As the Maya-Aztec shaman Quetza-Sha said in 1991: \"The year 2012 is not the destruction of the planet, but is the transformation of the spirit, sexual energy, the energy of your heart and mind in all the dimensions of our existence in the solar system\".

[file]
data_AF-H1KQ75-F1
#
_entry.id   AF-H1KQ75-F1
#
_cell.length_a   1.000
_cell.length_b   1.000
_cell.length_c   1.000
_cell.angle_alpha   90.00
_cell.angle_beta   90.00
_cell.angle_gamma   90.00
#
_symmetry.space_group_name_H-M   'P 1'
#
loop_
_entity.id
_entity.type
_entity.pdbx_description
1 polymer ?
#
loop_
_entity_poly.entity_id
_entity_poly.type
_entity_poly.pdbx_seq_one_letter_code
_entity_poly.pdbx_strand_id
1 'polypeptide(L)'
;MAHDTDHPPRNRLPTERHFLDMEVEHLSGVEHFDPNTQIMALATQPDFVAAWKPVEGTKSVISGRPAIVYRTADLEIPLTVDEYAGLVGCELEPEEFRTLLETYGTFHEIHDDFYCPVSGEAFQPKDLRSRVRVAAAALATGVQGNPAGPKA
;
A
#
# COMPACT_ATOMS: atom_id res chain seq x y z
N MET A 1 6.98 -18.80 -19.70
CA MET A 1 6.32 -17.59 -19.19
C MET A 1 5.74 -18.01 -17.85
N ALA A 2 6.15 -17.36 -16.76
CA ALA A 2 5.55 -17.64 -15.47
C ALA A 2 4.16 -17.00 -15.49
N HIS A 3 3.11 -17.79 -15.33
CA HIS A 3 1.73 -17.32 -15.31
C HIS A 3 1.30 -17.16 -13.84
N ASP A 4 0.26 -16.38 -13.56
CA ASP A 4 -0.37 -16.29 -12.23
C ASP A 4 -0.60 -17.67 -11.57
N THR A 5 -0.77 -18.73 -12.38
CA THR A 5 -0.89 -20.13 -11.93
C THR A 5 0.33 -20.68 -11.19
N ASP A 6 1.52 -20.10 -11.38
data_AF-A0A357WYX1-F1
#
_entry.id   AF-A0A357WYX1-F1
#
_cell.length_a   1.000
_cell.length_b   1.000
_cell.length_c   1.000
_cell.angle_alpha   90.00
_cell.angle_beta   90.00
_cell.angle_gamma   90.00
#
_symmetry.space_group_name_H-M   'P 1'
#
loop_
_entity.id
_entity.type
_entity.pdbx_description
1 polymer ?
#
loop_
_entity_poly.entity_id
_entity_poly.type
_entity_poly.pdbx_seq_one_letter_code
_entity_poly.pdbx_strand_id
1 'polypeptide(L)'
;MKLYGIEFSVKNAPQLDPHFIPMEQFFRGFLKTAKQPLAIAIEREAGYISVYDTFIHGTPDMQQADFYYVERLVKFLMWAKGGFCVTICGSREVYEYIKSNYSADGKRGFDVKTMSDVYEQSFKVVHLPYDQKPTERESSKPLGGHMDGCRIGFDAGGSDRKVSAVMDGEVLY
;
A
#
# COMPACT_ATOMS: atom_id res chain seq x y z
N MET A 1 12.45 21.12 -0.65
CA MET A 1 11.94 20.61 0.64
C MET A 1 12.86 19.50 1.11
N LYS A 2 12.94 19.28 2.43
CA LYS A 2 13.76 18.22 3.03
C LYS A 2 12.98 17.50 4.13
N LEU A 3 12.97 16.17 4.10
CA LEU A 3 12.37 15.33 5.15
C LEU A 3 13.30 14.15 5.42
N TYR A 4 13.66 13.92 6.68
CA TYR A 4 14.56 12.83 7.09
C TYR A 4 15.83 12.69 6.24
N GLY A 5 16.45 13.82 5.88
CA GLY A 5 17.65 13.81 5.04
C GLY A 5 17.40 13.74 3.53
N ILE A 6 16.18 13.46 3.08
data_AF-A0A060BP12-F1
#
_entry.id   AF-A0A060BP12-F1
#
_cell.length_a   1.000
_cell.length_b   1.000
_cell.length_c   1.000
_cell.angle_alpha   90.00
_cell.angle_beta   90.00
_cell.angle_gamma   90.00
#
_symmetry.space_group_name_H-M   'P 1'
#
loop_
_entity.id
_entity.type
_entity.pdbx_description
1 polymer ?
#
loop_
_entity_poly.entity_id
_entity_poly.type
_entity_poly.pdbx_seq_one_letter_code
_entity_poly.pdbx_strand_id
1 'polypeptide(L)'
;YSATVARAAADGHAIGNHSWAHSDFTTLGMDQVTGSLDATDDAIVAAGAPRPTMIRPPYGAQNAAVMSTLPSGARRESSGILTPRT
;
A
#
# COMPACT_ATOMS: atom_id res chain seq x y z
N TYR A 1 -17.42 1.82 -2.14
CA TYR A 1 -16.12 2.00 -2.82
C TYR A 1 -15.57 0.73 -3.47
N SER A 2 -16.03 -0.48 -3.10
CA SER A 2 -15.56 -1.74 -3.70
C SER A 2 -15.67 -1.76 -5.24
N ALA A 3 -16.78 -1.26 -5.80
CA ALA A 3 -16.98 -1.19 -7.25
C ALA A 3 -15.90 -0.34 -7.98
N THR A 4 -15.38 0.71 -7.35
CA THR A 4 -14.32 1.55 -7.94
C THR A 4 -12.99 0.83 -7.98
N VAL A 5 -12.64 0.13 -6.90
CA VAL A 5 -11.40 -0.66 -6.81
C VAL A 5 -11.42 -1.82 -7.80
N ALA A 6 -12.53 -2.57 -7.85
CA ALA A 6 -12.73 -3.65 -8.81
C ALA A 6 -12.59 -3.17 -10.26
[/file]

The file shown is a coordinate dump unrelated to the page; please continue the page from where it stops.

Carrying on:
Sometimes another door doesn't need to open just because one closes.